Why we need Black Breastfeeding Week?
The goal is to highlight breastfeeding disparities and reduce breastfeeding barriers among women of color.
Statistics show that Black moms are less likely to start breastfeeding and continue nursing for 6 or 12 months than any other racial or ethnic group in the United States.
Black Breastfeeding Week aims to change this by amplifying, supporting, and promoting Black breastfeeding.
Black women in America, breastfeeding is often fraught with obstacles – including a lack of support and resources, inflexible jobs, and structural racism.
The U.S. has one of the highest maternal mortality rates in the developed world. Black mothers are three times more likely to die from pregnancy-related complications than white mothers.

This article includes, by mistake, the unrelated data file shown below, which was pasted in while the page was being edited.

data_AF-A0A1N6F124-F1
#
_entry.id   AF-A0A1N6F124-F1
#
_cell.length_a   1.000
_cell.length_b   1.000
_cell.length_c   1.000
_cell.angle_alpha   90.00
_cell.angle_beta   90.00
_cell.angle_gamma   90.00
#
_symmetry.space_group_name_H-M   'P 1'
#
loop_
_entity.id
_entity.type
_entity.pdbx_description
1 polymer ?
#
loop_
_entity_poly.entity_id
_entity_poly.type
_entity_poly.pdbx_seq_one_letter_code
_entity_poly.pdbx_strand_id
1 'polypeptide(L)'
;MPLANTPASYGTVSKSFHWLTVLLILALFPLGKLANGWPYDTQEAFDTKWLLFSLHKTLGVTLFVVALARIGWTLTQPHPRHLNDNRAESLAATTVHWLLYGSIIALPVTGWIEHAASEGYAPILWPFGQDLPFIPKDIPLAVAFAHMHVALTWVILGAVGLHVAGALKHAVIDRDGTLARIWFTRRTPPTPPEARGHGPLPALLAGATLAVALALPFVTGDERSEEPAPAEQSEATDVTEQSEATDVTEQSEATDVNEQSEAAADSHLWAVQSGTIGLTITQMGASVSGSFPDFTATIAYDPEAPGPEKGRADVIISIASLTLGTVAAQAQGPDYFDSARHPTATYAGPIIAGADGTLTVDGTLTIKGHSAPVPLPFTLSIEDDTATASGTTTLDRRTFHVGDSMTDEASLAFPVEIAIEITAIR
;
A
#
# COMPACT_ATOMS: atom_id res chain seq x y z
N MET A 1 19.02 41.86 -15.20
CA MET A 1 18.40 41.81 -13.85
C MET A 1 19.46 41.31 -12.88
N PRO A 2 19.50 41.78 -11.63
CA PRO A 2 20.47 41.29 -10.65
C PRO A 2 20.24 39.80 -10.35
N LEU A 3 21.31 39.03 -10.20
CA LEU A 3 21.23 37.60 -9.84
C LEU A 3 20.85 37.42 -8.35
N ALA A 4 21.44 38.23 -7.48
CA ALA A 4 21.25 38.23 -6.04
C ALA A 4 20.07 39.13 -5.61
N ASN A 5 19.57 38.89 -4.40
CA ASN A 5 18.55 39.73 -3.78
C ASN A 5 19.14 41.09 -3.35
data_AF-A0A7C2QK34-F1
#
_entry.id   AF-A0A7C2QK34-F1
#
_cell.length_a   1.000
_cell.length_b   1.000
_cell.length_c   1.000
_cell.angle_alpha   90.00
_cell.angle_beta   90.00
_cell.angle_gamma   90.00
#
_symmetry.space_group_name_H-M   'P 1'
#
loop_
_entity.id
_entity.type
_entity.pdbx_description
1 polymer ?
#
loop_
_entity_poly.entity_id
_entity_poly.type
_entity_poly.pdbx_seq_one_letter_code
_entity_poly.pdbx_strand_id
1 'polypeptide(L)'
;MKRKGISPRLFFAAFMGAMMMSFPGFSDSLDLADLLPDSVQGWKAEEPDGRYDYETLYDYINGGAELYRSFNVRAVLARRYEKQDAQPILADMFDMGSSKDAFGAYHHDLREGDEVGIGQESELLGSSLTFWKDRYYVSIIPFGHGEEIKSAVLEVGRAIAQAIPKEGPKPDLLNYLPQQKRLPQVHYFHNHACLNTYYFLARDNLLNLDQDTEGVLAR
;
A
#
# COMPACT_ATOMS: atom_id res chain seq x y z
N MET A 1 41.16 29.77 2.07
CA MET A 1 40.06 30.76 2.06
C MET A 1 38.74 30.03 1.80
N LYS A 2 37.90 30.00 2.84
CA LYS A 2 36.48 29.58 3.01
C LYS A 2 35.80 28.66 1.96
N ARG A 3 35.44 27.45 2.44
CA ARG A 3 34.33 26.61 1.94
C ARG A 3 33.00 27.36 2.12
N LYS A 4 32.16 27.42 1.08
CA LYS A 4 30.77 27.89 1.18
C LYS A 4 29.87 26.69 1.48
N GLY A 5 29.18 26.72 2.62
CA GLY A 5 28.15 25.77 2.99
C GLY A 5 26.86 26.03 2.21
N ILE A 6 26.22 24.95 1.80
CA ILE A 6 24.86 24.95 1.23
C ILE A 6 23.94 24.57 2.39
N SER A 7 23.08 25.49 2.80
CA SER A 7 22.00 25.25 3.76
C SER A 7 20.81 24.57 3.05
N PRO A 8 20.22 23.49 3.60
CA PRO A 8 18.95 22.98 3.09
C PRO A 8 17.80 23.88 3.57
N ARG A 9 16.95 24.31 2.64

Additionally, Black babies are more likely to be born prematurely. The mortality rate for Black babies in America is more than double that of white babies.
Black mothers have the lowest rates of breastfeeding initiation (74.1 percent), as well as continuation at six months (44 percent) and 12 months (24.1 percent), compared with all other racial and ethnic groups in the United States.
Black women are 2.5 times less likely to breastfeed than white women
Black mothers are nine times more likely to be given formula in the hospital than white mothers.
Black mothers are less likely to breastfeed preterm babies, both before and after they're discharged from the neonatal intensive care unit (NICU). One study found that just 25 percent of Black mothers were able to provide breast milk for their babies after they left the NICU.
They’re also great chances for Black women wanting to breastfeed to find the information they need.
Getting support as a black breastfeeding mom:
Social media and in-person support groups can offer valuable support, especially for Black moms who are breastfeeding.
✅Understand your body.
✅Eat well and often.